Many in the West, including the Zionist Diaspora, talk about the Israeli Left as bravely challenging Israel’s descent into a fascist nation.
Hugh Naylor writes in The National that this is a convenient myth:
Left-leaning Jewish groups in the United States defied the pro-Israel lobby and criticised the US veto last week of a UN Security Council resolution condemning Israeli settlements.
In Israel, however, the veto was hardly mentioned. Few among the country’s peace groups and rights organisations chose to publicly condemn it, prompting concern about the country’s ability, and willingness, to come to a negotiated peace with the Palestinians.
Hanan Ashrawi, a prominent Palestinian politician who maintains ties to Israeli activists, said: “It’s amazing. I expected that they would have said something immediately. I really think there is self-censorship, intimidation. The peace movement has become quite reticent.”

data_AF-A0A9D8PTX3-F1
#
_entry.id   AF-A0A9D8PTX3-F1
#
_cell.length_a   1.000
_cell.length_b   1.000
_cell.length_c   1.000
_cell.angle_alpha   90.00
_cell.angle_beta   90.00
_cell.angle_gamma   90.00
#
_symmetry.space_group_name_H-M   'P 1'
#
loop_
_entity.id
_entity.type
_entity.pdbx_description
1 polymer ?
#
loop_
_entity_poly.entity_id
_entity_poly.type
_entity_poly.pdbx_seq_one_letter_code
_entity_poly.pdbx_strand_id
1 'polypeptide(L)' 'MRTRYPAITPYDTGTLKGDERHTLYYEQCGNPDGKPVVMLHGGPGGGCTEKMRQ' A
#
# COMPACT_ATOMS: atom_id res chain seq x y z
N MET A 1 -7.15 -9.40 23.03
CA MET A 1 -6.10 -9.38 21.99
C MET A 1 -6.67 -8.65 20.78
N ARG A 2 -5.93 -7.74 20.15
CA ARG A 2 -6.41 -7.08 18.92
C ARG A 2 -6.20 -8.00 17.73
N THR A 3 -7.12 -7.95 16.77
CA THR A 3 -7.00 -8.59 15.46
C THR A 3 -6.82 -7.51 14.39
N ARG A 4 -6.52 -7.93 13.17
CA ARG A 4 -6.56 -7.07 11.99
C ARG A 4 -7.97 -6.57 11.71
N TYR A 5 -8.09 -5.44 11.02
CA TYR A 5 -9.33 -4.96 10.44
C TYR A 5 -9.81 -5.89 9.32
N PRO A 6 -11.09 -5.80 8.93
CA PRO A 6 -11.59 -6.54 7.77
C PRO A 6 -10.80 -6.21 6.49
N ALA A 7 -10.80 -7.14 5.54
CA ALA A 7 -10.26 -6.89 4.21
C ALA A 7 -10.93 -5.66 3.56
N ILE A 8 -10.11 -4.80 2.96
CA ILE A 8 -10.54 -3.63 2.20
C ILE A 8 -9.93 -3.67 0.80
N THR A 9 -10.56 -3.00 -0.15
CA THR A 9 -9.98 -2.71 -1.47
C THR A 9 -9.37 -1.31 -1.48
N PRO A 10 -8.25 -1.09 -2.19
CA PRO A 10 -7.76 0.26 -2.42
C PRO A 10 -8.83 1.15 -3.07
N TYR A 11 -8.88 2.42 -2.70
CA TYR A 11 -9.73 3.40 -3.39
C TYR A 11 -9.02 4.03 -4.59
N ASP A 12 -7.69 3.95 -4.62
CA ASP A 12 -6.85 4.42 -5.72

Yet for many Israelis, the muted response comes as no surprise.
Israel’s peace movement and many human-rights organisations have downsized and receded in influence since the Oslo peace accords negotiations in the 1990s.
This mirrors a similarly dramatic decline of Israel’s left-leaning political establishment in a Knesset increasingly filled by right-wing, pro-settler parliamentarians.
Gershon Baskin, the Israeli co-director of the Israel-Palestine Centre for Research and Information, said: “You have to put this in context. There is no peace camp anymore. The progressive part of Israeli society is disjointed, fragmented and small. The majority of Israelis since the second intifada have certainly turned into peace sceptics.”
The blunt indictment of Israeli society offered by Ronnie Barkan, an Israeli who belongs to the Anarchists Against the Wall, a fringe group of activists, would seem to embody this polarisation. “The vast majority of Israelis are nationalistic and racist,” he said.
“There is nothing new in the absolute, unconditional support coming from the US toward Israel and its crimes.”